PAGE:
Wild: Drop bears sit and wait on top of trees and jump down on the player when they near, smashing everything in a nearby radius.
When ridden: Drop bears run and leap up very high when contact is made with an obstacle, locking onto a wild animal and plummeting down to devour the wild animal, smashing everything in a nearby radius.
When angry: Drop bears slow down, grab the player and eat them, falling asleep on the spot.
Drop bears are tough to tame due to being stationary; it means that the player has less time to react to a 'new' drop bear, and the drop bear will not run and catch up meaning that using a revive or a continue and waiting for a drop bear will not work. It is hence recommended to use a slower animal with good control such as a sheep and stay towards the right to get a good view of the map. When jumping for a drop bear, either jump very early before the drop bear jumps to tame it straight from the tree, or jump in the predicted path of the drop bear's landing. Drop bears are very useful in that a single one can carry the player around 1500m, and provide invincibility against obstacles, which on narrow sections in Outback are possibly the most difficult sections in the game.
Drop bears were released in version 1.3.0 on the 13th of October 2016 along with Outback and all other Outback species.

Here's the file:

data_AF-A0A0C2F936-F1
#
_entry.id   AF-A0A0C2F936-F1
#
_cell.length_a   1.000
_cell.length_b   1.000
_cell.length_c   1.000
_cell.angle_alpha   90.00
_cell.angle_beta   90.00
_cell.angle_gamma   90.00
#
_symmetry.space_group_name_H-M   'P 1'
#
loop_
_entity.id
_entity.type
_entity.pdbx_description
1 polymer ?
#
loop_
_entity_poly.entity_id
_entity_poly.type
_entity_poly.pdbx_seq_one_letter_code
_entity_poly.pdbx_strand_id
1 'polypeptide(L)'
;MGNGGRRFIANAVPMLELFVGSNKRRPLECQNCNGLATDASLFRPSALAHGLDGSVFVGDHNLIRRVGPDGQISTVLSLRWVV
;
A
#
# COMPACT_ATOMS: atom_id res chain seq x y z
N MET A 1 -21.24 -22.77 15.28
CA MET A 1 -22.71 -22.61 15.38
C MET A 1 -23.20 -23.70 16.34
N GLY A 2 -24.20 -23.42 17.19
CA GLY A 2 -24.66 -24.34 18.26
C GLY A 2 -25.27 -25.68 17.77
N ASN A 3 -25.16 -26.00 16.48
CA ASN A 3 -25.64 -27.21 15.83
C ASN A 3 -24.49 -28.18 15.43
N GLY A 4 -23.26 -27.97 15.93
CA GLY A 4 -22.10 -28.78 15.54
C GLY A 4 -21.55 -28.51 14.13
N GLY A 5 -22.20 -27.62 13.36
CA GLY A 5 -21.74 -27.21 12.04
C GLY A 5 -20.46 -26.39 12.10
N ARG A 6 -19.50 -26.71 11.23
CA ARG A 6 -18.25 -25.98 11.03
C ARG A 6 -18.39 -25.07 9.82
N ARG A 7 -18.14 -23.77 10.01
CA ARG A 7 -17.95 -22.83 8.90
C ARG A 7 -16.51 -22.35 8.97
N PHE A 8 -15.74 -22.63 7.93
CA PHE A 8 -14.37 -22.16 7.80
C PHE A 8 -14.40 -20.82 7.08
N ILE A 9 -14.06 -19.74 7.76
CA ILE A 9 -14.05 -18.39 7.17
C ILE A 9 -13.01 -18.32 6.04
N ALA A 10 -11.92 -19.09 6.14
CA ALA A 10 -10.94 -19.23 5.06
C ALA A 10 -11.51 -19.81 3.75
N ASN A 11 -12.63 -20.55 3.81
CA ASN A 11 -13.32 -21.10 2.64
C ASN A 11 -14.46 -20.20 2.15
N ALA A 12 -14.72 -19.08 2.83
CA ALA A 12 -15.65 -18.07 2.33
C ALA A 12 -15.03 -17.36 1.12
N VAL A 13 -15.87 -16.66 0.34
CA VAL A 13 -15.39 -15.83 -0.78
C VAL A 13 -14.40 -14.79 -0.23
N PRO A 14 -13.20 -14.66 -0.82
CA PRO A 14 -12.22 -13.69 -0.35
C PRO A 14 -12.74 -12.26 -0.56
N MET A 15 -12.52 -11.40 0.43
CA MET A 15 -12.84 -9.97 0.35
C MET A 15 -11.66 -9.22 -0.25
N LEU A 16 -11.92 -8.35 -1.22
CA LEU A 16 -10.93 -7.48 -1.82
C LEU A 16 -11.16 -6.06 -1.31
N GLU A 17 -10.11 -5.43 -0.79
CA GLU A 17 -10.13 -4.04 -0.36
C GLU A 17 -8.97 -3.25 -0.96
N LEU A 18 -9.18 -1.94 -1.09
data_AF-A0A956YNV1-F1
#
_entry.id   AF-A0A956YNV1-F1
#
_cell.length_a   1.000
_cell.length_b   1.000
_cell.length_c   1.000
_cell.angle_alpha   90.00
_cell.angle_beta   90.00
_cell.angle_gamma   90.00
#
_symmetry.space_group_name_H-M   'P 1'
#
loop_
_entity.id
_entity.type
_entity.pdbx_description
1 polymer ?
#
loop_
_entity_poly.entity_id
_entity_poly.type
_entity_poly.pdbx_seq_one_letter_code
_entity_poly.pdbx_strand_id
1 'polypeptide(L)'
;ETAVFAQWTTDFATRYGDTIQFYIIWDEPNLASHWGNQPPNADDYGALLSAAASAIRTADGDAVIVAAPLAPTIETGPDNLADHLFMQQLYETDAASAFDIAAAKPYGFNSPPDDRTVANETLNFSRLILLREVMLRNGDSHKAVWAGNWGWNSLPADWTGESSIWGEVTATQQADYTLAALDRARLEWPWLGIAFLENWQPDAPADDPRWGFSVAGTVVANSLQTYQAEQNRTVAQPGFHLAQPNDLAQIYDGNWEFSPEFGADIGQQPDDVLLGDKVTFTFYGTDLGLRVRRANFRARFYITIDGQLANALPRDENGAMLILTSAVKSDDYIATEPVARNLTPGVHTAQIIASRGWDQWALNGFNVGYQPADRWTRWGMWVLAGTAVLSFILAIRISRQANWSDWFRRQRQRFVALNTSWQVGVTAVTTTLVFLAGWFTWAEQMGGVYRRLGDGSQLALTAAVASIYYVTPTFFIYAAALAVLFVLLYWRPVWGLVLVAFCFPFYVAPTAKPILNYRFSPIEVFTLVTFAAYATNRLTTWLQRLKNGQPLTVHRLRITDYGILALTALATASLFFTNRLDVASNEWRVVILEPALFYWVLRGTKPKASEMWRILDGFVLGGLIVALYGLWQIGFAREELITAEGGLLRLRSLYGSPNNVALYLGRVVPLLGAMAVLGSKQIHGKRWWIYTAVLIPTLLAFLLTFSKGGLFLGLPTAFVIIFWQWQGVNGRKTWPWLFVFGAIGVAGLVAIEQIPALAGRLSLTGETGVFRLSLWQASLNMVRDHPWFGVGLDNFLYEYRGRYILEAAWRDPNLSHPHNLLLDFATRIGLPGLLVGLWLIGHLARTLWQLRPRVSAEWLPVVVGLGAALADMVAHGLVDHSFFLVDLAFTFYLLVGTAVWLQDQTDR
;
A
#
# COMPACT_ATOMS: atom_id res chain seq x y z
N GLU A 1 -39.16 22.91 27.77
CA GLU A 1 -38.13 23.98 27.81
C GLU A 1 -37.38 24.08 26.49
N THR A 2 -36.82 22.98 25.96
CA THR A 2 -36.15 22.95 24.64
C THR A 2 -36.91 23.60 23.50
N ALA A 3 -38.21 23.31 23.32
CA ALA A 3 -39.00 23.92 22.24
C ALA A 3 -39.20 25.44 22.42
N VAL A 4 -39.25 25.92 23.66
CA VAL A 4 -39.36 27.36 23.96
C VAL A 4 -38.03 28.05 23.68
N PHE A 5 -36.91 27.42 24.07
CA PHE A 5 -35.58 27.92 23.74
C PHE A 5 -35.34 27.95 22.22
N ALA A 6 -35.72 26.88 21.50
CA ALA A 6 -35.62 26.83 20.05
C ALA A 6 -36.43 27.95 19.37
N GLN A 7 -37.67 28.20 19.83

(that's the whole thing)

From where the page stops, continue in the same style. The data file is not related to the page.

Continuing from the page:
If the drop bear habitat is upgraded to level 7, the player may notice that even wild drop bears will give them money. They will give the player coins when it smashes objects.
Wild drop bears are also able to trigger the spawning of a Spying Fox when they smash an outhouse or a windmill
The drop bear is a mythical creature rumoured to jump off trees and consume people and animals travelling through the Outback. When European settlers observed koalas, they believed that they were the 'drop bears' that had been the cause behind disappearances in the Outback. Koalas do not behave in the way that drop bears do in-game in real life, rather, they are mostly sedentary and usually spend 18 hours sleeping per day.
The true reason behind the majority of disappearances was the harsh, dry, desert climate and the difficulty of navigation, with many travellers being lost in the middle of the Outback.